This book presents an analysis and contextualization of the revival of monumental sculpture in medieval art, and outlines the history of image culture, visuality and fiction.
This book investigates the origins and transformations of medieval image culture and its reflections in theology, hagiography, historiography and art. It deals with a remarkable phenomenon: the fact that, after a period of 500 years of absence, the tenth century sees a revival of monumental sculpture in the Latin West. Since the end of Antiquity and the "pagan" use of free-standing, life-size sculptures in public and private ritual, Christians were obedient to the Second Commandment forbidding the making and use of graven images. Contrary to the West, in Byzantium, such a revival never occurred: only relief sculpture – mostly integrated within an architectural context – was used. However, Eastern theologians are the authors of highly fascinating and outstanding original theoretical reflections about the nature and efficacy of images. How can this difference be explained? Why do we find the most fascinating theoretical concepts of images in a culture that sticks to two-dimensional icons often venerated as cult-images that are copied and repeated, but only randomly varied? And why does a groundbreaking change in the culture of images – the "revival" of monumental sculpture – happen in a context that provides more restrained theoretical reflections upon images in their immediate theological, liturgical and artistic contexts? These are some of the questions that this book seeks to answer.The analysis and contextualization of the revival of monumental sculpture includes reflections on liturgy, architecture, materiality of minor arts and reliquaries, medieval theories of perception, and gift exchange and its impact upon practices of image veneration, aesthetics and political participation. Drawing on the historical investigation of specific objects and texts between the ninth and the eleventh century, the book outlines an occidental history of image culture, visuality and fiction, claiming that only images possess modes of visualizing what in the discourse of medieval theology can never be addressed and revealed.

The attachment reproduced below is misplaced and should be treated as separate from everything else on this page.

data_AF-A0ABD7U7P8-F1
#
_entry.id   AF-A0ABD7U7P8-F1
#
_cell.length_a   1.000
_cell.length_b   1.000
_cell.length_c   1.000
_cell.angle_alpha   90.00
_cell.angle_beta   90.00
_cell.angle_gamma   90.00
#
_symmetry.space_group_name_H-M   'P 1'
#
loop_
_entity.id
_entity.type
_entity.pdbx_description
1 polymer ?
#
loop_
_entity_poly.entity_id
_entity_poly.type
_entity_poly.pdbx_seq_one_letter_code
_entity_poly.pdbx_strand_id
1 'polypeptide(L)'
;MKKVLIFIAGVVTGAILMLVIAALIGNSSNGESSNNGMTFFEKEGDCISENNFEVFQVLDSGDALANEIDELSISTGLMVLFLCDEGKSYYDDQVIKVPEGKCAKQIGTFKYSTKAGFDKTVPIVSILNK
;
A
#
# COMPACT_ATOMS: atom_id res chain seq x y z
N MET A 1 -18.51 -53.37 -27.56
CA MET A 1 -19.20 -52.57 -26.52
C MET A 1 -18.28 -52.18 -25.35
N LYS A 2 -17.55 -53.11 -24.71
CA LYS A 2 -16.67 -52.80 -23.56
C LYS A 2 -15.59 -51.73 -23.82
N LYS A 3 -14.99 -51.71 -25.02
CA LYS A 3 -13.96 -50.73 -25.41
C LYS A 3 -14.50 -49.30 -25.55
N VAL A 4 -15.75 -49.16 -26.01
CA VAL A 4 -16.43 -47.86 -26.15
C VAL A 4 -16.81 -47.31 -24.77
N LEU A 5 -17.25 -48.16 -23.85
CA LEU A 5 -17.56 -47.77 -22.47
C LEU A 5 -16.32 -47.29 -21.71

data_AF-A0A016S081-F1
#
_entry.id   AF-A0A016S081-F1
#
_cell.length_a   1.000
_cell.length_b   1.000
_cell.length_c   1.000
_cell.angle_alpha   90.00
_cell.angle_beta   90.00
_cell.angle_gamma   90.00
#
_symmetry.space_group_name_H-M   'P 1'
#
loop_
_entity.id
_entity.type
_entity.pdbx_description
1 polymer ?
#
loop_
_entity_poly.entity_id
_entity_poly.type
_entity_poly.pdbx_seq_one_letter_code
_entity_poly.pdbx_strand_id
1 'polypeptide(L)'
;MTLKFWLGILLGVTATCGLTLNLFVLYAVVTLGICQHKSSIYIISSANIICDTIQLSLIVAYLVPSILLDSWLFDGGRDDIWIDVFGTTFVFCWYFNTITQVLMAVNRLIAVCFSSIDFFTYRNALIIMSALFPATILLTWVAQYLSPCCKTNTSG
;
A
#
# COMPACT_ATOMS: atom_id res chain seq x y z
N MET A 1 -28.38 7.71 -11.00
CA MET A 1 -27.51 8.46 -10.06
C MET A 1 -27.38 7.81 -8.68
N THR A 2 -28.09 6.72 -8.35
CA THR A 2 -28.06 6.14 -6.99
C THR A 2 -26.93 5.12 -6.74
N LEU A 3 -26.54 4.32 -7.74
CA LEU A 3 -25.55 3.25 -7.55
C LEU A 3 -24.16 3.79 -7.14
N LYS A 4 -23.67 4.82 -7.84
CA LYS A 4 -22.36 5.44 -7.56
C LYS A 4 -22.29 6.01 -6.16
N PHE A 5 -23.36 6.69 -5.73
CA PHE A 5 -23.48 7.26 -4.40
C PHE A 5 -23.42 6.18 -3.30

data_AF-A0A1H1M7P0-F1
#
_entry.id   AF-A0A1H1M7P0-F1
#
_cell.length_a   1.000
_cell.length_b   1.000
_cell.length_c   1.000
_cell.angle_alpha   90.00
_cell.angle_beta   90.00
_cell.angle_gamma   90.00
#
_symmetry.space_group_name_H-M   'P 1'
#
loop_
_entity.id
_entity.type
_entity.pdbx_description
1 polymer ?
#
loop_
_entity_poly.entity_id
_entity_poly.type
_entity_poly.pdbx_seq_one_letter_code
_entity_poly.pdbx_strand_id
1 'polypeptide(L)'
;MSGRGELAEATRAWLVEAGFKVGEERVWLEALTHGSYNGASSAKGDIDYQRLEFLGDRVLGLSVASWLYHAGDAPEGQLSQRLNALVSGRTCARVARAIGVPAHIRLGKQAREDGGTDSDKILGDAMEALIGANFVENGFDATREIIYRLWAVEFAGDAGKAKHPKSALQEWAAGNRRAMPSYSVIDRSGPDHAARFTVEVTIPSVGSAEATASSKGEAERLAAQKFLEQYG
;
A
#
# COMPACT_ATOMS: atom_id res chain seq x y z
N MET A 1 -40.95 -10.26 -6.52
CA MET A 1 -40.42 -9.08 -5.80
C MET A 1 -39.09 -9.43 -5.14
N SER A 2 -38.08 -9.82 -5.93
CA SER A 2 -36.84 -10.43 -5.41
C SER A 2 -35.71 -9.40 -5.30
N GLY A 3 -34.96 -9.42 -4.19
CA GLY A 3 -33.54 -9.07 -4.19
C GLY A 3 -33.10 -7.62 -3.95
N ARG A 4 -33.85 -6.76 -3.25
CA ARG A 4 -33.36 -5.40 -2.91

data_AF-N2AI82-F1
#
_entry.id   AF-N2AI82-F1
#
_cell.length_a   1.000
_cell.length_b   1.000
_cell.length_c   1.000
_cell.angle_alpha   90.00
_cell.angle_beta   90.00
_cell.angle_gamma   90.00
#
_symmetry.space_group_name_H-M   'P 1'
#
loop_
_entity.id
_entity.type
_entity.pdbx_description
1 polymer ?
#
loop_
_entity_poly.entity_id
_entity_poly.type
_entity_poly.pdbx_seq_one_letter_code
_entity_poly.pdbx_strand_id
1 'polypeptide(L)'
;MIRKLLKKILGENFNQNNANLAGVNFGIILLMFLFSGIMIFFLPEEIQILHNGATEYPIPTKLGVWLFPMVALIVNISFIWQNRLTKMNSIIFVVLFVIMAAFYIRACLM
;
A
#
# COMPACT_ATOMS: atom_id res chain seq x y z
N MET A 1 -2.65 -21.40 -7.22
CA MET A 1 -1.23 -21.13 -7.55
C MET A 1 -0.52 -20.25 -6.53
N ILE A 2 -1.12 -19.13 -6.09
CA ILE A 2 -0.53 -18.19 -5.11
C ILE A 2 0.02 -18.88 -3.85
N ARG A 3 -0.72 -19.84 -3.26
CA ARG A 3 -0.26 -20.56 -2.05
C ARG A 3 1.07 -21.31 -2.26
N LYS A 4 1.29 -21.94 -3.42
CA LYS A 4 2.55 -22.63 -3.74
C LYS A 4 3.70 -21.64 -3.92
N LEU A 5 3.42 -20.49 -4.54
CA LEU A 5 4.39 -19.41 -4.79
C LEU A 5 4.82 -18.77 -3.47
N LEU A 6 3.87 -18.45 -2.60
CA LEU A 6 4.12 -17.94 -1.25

“(…) a study of one of the most fascinating, puzzling and complex topics of medieval art (…) a thrilling book with inspiring assumptions.” (Gerhard Lutz, in The Medieval Review, 2016.09.12)